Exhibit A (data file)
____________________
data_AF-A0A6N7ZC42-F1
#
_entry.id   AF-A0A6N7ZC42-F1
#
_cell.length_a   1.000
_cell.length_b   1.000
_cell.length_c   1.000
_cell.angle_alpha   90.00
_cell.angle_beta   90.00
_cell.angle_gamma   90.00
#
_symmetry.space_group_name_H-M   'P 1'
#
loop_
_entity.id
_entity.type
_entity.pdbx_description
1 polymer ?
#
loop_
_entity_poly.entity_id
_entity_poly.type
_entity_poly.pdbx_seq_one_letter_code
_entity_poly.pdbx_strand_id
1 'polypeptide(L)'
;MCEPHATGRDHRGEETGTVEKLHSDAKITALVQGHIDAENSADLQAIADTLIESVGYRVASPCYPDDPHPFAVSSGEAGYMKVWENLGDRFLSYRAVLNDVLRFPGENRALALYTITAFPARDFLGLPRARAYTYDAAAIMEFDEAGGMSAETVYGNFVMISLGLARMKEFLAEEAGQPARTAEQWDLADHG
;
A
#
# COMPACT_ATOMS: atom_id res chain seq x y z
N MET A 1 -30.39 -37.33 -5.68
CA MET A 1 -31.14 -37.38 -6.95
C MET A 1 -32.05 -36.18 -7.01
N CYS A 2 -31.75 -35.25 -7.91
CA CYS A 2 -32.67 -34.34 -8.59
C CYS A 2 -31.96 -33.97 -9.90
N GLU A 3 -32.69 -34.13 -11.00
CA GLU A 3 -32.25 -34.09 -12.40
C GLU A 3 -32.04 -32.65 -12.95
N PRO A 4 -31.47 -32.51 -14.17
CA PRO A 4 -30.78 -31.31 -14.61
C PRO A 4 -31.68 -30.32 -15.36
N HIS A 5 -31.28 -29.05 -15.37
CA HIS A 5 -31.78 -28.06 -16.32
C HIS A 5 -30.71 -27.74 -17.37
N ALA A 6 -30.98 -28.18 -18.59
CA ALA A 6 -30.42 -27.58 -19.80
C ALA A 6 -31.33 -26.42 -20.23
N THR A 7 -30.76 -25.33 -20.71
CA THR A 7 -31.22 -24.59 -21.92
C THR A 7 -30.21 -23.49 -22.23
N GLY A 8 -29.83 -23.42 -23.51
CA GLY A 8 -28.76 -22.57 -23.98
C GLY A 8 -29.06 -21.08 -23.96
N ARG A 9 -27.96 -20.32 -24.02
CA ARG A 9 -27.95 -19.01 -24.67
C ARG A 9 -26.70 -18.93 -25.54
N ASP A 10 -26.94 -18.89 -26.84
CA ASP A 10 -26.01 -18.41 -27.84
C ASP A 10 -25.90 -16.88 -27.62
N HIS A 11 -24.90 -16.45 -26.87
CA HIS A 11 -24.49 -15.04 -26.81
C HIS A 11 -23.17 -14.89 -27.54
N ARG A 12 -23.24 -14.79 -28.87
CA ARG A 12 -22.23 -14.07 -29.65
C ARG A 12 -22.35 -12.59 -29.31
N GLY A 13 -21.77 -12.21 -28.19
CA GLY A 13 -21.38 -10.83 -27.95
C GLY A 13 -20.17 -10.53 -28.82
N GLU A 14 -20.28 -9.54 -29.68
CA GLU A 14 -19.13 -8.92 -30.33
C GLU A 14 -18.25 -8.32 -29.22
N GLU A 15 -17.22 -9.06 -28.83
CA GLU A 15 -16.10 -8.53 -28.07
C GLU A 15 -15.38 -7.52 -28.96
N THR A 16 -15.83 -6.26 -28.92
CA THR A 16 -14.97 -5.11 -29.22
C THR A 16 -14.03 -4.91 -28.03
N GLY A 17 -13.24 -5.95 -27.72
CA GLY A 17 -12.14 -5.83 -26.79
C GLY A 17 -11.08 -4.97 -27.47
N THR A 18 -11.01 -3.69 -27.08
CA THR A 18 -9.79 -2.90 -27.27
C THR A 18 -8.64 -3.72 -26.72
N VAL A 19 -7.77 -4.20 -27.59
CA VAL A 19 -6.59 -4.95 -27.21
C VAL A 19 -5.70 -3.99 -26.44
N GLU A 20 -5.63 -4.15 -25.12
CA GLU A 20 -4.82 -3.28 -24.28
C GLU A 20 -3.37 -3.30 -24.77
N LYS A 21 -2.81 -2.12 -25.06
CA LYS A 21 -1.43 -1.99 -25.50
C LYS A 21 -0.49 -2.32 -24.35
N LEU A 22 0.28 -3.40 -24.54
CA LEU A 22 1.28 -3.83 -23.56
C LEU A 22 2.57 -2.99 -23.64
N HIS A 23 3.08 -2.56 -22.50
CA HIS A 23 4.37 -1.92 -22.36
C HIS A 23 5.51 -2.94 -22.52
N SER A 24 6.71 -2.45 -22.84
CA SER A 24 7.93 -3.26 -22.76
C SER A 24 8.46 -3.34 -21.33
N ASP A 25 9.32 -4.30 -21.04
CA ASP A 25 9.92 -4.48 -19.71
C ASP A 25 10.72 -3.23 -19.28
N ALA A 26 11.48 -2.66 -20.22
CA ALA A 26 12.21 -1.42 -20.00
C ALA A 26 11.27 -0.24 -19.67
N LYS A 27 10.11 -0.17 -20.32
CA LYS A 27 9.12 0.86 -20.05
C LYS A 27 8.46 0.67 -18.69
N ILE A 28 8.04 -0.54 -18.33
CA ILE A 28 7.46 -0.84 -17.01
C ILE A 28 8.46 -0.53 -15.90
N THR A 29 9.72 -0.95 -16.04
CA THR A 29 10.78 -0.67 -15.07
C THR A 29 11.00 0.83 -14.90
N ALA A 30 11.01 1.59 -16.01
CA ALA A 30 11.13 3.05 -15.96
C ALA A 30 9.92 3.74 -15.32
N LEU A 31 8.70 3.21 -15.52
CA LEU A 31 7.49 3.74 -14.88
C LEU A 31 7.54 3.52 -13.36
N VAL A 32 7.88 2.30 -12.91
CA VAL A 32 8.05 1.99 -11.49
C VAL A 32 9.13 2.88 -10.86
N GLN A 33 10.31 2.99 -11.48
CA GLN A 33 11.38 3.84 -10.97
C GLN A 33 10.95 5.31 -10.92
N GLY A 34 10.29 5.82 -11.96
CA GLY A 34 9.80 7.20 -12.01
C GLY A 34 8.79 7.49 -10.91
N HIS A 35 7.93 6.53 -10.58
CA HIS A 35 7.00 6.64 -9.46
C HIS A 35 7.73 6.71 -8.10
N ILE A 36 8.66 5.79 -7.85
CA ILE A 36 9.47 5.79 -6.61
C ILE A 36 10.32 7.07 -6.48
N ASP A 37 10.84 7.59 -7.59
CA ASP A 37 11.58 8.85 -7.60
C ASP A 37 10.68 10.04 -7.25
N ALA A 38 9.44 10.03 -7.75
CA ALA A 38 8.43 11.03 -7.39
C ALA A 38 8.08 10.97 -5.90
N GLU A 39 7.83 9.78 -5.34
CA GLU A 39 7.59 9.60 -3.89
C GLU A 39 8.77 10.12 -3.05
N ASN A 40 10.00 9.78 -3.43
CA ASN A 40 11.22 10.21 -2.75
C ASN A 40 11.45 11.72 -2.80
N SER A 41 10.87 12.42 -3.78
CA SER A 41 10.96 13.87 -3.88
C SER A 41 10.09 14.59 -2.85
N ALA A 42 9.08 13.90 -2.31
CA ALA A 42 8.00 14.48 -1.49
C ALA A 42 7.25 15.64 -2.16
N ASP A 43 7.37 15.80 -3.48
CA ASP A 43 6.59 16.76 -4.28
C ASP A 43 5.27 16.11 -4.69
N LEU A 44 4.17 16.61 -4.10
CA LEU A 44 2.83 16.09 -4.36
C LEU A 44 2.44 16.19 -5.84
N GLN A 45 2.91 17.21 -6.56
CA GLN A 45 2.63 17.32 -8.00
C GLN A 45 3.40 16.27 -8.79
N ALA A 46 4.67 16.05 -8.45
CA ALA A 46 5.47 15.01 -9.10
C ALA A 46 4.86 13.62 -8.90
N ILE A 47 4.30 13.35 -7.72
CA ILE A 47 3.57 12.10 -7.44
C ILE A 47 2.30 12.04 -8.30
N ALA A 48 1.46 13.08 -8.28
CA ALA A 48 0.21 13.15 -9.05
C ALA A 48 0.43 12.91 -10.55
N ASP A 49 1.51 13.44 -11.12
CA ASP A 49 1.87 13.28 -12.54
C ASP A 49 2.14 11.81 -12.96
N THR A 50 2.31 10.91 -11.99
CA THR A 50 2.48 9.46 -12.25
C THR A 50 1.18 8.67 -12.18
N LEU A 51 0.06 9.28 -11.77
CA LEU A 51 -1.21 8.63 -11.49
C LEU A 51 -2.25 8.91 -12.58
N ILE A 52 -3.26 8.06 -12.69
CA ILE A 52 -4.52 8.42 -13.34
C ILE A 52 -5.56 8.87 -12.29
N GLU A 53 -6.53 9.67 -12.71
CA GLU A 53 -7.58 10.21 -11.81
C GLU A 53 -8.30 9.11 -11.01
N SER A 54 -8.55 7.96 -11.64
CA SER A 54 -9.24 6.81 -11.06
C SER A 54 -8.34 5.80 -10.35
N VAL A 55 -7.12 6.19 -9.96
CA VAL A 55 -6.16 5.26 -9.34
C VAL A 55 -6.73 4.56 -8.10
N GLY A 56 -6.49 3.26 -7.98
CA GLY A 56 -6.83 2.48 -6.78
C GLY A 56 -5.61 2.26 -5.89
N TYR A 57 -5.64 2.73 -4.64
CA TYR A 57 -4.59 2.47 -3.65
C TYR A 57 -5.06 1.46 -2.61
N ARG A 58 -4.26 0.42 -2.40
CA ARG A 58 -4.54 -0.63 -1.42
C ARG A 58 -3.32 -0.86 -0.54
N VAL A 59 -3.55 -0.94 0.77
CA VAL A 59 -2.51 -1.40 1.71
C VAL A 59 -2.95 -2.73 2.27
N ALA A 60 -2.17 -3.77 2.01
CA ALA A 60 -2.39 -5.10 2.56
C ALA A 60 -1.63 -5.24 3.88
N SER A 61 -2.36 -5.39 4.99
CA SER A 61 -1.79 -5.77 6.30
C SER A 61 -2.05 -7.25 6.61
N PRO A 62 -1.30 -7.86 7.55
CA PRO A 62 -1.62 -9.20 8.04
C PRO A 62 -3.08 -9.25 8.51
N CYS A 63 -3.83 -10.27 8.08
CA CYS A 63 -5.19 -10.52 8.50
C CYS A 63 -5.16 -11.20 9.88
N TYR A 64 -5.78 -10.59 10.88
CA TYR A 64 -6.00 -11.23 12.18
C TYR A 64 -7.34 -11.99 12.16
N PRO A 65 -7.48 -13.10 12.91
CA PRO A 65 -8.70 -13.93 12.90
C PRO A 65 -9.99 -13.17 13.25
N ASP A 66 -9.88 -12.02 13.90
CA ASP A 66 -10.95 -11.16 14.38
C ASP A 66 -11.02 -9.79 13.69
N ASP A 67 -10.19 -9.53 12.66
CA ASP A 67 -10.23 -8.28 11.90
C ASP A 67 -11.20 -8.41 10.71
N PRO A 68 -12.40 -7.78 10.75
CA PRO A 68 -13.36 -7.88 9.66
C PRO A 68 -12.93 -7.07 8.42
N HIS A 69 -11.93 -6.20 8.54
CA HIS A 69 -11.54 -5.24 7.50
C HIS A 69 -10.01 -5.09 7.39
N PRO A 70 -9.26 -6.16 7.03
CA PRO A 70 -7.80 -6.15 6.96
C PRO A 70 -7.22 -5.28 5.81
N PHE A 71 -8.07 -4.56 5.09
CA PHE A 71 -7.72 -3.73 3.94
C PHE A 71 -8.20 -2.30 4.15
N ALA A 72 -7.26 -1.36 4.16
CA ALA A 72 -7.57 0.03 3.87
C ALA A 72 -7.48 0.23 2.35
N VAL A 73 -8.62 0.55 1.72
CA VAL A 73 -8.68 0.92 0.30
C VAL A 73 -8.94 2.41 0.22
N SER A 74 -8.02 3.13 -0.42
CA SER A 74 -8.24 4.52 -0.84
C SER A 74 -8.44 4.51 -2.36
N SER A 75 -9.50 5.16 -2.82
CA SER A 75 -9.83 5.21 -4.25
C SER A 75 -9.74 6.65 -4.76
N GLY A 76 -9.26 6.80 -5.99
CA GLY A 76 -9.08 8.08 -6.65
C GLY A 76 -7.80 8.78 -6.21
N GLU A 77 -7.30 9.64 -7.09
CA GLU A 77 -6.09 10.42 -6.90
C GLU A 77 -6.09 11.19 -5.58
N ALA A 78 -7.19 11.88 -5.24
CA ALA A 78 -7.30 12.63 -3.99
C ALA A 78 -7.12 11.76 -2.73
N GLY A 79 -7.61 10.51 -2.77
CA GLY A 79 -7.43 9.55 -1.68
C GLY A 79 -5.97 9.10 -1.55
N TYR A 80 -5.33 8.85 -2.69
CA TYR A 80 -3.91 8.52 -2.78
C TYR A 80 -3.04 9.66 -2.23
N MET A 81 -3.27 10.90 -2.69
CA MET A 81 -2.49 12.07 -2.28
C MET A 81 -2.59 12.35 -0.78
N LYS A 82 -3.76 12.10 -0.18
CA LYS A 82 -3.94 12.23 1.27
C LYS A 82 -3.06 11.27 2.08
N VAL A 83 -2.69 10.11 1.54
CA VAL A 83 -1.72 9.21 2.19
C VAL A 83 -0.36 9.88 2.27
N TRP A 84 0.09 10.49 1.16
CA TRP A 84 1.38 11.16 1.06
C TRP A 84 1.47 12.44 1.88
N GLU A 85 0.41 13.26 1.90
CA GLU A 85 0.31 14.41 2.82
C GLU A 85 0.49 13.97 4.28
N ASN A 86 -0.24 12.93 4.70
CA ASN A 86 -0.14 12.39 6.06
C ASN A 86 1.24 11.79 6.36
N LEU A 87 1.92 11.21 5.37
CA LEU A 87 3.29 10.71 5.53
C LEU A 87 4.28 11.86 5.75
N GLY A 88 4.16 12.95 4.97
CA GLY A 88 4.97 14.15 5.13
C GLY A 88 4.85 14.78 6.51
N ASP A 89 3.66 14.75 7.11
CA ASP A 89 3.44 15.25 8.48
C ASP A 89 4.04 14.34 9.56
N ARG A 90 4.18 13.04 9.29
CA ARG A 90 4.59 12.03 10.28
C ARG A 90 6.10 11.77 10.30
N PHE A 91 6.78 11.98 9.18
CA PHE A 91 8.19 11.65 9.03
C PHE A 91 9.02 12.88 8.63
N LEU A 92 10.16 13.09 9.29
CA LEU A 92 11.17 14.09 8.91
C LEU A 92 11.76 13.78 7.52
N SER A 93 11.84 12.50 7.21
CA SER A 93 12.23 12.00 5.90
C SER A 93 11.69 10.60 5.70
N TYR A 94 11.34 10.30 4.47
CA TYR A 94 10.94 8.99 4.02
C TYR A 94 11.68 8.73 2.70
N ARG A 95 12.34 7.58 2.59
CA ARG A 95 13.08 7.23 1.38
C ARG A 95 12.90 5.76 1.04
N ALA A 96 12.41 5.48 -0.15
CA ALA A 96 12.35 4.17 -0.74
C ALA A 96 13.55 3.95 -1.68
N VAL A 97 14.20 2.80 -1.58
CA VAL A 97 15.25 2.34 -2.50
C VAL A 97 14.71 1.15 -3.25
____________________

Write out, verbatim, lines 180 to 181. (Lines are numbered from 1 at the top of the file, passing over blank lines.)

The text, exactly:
C THR A 50 1.18 8.67 -12.18
N LEU A 51 0.06 9.28 -11.77